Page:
Melissa: I’ve seen pictures of that one. It has a beautiful chandelier and fabrics.
David: Yeah, or maybe you’d prefer the 1920s style Pullman or the more modern bullet trains. They’re all they’re all in there.
Melissa: I have to admit that when you told me you were getting this book, I wasn’t overly enthusiastic, but I spent a bunch of time yesterday flipping through it. And it is super fun.
David: Yeah, it’s really, really pretty. It’s fun to look at.
Melissa: Your point about it being magazine is a really a good one because you could read it beginning to end. But it’s also one of those books you can just pick it up and flip to a page, and there’s something interesting or beautiful or fun to find on that page.
David: Very browsable. All of their stuff is very browsable.
Melissa: Feels like a good gift book even if people aren’t interested in trains.
David: Exactly that. It also it also has maps of famous train journeys, so you get to see where the Orient Express ran through Europe or the Trans-Siberian through Russia or the Blue Train through Africa. All these spreads have pictures of what you might see along the way, too, which is nice. There’s also a spread on where you can go to ride classic old steam trains. That page in particular brings up some lovely names like the Durango and Silverton Narrow Gauge Railway in Colorado, or the Puffing Billy Railway near Melbourne, or the Darjeeling Himalayan Railway, which runs through West Bengal.
David: But I think my favorite part of the book is at the very end. It’s a section called The How Railways Work, and here they’ve illustrated how it all comes together, how the wheels set on the track and how the track is put together and how the railway signals work and how the different kinds of locomotive engines work. All of these books are primarily marketed to children, mostly as middle grade readers. I’ve said this before and I’ll doubtlessly say it again: I find this ageist. These are great books for anyone who wants to see high quality pictures of just fascinating things. I think bookstores should have a shelf for ageless reads.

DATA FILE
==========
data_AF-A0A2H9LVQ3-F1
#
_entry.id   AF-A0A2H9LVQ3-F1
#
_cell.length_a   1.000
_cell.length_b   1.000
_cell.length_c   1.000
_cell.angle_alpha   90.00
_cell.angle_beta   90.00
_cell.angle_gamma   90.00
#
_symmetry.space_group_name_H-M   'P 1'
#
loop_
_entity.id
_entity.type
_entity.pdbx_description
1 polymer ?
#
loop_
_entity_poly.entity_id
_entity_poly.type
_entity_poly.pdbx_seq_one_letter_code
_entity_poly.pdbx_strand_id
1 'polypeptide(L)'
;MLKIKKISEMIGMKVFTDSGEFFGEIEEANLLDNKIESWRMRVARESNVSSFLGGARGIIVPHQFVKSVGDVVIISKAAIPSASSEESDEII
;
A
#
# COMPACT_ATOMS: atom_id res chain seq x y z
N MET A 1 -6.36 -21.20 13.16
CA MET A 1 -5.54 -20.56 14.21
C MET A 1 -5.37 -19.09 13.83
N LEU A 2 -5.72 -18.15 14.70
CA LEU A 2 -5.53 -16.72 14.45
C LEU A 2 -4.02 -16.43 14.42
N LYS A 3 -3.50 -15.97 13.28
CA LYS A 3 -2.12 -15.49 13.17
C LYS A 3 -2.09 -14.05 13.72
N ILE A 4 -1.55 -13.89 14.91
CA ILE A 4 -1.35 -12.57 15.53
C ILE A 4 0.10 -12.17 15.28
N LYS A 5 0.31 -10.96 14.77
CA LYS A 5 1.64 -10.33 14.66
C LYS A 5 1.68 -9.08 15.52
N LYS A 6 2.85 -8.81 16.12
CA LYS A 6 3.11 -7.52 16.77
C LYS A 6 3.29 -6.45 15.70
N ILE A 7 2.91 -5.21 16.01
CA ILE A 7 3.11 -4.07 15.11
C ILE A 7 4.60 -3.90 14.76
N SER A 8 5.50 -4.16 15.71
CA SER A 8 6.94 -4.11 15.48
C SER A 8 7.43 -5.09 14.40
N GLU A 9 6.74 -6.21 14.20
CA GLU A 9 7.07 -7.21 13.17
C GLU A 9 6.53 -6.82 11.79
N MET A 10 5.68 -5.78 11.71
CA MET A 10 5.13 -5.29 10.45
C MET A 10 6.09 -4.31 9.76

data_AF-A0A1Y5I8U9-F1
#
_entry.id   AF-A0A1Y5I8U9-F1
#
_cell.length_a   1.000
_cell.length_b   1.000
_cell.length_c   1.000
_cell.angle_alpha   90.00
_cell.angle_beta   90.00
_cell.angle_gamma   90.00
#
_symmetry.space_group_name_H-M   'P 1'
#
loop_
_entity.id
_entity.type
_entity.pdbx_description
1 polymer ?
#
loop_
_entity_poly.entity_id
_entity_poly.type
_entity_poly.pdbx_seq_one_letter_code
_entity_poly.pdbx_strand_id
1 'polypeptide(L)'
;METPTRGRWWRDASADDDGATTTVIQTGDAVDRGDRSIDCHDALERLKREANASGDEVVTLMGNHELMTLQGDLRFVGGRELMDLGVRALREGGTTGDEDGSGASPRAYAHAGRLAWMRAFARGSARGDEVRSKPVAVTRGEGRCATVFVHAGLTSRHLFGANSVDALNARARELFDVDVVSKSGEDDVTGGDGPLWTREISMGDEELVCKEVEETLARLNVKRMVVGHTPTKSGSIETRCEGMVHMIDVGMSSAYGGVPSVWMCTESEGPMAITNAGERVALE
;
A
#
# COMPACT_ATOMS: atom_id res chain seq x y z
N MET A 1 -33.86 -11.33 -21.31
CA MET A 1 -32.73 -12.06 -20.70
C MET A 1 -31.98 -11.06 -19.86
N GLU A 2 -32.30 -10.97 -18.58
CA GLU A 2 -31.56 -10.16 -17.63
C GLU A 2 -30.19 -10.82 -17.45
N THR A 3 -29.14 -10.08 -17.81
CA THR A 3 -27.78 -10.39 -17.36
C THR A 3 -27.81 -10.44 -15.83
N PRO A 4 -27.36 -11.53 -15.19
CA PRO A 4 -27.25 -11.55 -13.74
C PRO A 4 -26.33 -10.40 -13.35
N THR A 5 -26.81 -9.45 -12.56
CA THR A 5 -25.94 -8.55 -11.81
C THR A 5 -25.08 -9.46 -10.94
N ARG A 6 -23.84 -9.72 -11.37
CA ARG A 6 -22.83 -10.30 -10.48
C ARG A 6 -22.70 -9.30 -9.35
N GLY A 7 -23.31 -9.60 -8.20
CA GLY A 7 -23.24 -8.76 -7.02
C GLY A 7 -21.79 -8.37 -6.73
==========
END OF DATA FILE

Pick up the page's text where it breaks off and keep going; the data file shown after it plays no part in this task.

David: This also might be a good time to punch up the idea that children’s books make excellent reference. If you’re interested in something and there’s a well-regarded children’s book on the topic, it’s worth a look. Children’s books tend to have the basics and they’re well laid out and they’re frequently illustrated and you can get through them in about an hour.
Melissa: And they don’t assume that you have any foundational knowledge, so they’re giving you the basics and then building on it, which I find really helpful, particularly for what we’re doing and particularly when you want to travel somewhere or better understand another part of the world or something specific, like how a train works.
David: Or if you’re just kind of interested. I remember a couple of years ago there was a children’s book that came out that on Josephine Baker, and I hadn’t really paid any attention to Josephine Baker, but we got that book and we read it together. And it was wonderful, was great. And now I know about Josephine Baker.
Melissa: I will also add that some of the nicest times we’ve had together are when we read children’s books to each other.
David: That’s true.
Melissa: They’re great for reading out loud and you don’t have to be a wee one to appreciate them.